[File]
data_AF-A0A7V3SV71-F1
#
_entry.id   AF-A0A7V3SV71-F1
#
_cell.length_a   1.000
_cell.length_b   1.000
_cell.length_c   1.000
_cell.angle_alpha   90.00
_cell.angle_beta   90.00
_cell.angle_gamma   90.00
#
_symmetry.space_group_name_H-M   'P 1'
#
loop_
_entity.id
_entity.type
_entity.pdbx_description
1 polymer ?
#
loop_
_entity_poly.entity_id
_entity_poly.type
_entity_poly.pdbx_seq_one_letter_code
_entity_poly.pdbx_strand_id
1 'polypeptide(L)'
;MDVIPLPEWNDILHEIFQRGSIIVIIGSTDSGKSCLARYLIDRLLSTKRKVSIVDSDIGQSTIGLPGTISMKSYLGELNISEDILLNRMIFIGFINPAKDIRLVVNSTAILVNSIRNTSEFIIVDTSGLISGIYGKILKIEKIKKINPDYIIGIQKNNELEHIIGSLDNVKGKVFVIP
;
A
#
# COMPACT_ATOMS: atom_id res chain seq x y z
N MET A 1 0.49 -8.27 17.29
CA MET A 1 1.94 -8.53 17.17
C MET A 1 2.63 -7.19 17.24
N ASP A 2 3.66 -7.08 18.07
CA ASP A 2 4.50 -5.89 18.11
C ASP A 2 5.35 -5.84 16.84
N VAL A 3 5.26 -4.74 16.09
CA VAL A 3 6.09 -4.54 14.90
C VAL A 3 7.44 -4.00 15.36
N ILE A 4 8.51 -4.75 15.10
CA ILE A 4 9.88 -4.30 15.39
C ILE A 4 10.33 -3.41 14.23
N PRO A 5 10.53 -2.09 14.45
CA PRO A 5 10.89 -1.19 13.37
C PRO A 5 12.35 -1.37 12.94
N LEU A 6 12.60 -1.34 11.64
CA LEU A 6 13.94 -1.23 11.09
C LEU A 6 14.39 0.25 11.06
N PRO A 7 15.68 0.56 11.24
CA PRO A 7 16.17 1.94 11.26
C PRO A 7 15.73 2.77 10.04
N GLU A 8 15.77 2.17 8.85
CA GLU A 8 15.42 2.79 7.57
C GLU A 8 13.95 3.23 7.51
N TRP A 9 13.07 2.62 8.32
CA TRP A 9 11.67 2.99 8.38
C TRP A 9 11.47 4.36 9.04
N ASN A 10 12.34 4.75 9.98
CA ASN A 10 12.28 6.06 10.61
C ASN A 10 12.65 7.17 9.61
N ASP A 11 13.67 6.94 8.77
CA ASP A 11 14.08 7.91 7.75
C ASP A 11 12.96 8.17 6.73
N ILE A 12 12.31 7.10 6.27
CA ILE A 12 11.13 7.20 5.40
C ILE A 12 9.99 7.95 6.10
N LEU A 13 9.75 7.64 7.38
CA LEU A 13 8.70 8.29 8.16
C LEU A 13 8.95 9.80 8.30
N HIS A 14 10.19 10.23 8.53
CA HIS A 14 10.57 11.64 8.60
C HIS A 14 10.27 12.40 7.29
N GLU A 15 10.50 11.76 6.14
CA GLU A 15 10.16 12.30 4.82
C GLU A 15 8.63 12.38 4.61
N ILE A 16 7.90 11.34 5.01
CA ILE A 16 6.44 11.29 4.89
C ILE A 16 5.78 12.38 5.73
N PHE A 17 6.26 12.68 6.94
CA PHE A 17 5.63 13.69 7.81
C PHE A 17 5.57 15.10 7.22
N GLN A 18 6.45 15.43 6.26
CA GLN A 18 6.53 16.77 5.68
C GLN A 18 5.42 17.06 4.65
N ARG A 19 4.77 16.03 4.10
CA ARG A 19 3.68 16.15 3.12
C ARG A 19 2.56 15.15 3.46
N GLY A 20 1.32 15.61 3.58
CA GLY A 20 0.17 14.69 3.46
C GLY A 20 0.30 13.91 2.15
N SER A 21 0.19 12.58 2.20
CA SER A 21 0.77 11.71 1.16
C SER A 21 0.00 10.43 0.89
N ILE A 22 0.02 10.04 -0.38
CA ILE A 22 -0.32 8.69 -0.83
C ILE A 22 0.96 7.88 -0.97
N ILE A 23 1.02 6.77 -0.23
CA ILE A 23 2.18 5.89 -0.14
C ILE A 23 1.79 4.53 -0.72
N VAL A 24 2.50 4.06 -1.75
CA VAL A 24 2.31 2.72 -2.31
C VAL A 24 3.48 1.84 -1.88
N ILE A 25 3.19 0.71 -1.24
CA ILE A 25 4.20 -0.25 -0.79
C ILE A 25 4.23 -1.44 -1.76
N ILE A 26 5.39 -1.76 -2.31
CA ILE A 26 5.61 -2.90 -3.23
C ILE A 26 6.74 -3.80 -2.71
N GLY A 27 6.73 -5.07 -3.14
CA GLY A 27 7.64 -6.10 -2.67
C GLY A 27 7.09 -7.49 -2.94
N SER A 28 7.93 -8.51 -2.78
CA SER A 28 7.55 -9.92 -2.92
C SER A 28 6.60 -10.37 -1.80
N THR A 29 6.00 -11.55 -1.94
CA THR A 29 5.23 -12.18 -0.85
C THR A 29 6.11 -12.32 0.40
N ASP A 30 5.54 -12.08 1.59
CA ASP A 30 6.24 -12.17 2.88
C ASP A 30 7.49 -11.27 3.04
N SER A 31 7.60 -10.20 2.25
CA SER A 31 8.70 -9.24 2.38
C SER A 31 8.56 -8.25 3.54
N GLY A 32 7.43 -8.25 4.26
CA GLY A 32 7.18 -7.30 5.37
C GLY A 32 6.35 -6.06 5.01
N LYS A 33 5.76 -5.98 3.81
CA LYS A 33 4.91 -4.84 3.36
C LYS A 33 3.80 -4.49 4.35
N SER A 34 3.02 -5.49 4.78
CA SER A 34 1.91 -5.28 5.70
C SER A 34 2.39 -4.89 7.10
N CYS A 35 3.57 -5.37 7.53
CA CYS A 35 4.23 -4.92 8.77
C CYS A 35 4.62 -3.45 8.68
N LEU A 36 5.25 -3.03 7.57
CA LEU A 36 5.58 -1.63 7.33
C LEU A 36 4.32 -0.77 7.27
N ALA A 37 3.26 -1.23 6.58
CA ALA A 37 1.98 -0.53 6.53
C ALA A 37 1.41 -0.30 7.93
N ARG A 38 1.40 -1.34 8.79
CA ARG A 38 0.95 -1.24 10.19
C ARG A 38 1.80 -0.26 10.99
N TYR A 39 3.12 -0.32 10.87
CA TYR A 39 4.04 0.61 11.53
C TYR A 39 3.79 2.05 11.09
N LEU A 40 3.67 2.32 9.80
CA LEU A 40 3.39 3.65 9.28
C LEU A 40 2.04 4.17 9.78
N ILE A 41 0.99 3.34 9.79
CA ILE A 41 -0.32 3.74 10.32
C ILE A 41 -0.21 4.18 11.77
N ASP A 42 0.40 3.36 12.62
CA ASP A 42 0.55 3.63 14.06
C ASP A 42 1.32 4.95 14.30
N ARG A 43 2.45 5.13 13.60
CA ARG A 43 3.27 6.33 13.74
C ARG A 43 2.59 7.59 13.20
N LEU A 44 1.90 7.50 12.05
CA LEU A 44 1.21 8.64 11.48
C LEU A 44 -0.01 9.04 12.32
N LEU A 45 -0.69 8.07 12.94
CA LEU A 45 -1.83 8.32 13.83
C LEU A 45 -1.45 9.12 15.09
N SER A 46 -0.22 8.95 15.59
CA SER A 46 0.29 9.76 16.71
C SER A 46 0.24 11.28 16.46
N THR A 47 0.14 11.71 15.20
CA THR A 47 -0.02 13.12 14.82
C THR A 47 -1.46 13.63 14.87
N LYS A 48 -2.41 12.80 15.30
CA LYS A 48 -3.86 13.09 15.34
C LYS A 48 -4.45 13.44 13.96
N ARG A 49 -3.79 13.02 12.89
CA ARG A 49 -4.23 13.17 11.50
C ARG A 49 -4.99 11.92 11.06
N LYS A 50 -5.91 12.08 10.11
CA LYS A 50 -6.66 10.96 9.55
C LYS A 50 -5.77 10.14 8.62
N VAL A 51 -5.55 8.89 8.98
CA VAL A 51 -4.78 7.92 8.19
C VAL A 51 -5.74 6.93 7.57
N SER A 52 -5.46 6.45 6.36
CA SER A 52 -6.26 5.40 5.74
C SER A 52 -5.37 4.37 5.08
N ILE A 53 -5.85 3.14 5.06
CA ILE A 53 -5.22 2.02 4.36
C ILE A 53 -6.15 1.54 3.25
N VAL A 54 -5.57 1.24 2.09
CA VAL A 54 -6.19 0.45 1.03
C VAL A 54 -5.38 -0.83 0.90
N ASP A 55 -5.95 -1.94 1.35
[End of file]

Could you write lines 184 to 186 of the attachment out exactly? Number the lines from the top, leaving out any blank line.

N SER A 52 -5.46 6.45 6.36
CA SER A 52 -6.26 5.40 5.74
C SER A 52 -5.37 4.37 5.08